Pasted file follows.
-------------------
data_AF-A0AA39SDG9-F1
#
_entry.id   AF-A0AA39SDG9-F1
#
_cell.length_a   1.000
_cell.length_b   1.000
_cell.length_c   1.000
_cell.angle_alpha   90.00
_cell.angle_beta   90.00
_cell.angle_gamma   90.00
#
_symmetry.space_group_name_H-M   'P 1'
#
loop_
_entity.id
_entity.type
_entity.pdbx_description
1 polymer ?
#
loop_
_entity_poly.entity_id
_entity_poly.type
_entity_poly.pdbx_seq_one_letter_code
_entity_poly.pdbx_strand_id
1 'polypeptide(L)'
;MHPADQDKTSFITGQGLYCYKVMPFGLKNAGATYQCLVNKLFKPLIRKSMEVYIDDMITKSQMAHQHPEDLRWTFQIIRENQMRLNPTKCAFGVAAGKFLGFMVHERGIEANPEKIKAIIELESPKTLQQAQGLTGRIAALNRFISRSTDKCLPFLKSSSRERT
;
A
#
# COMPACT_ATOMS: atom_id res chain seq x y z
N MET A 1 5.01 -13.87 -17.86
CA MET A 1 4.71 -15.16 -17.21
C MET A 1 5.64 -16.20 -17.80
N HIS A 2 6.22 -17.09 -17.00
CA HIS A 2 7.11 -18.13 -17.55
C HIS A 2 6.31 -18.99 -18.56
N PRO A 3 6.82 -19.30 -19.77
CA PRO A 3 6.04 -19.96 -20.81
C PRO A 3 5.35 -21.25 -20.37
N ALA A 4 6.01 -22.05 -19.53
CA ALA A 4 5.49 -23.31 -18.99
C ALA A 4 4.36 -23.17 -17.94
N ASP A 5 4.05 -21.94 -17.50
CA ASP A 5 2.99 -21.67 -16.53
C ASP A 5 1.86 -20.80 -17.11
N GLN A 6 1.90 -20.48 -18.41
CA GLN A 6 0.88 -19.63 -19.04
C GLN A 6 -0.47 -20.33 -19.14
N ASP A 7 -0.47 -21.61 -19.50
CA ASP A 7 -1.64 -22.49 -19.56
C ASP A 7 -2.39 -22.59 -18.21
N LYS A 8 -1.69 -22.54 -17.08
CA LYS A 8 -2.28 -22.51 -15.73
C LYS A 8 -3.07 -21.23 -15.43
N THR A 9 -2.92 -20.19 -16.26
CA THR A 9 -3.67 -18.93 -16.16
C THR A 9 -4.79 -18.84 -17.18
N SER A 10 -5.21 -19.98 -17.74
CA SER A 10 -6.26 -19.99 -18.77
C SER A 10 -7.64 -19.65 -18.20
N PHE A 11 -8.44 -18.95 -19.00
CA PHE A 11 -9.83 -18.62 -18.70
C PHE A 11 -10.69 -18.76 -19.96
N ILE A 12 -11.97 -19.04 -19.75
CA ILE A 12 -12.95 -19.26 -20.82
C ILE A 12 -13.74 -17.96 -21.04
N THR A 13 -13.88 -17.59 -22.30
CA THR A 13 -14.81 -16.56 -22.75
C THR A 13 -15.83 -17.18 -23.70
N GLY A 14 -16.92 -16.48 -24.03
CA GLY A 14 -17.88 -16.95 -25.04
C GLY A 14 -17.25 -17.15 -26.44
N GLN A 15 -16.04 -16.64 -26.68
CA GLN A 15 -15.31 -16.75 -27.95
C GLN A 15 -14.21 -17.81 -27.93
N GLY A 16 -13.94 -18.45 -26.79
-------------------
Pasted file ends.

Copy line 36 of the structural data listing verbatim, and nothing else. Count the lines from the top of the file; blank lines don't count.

C HIS A 2 6.31 -18.99 -18.56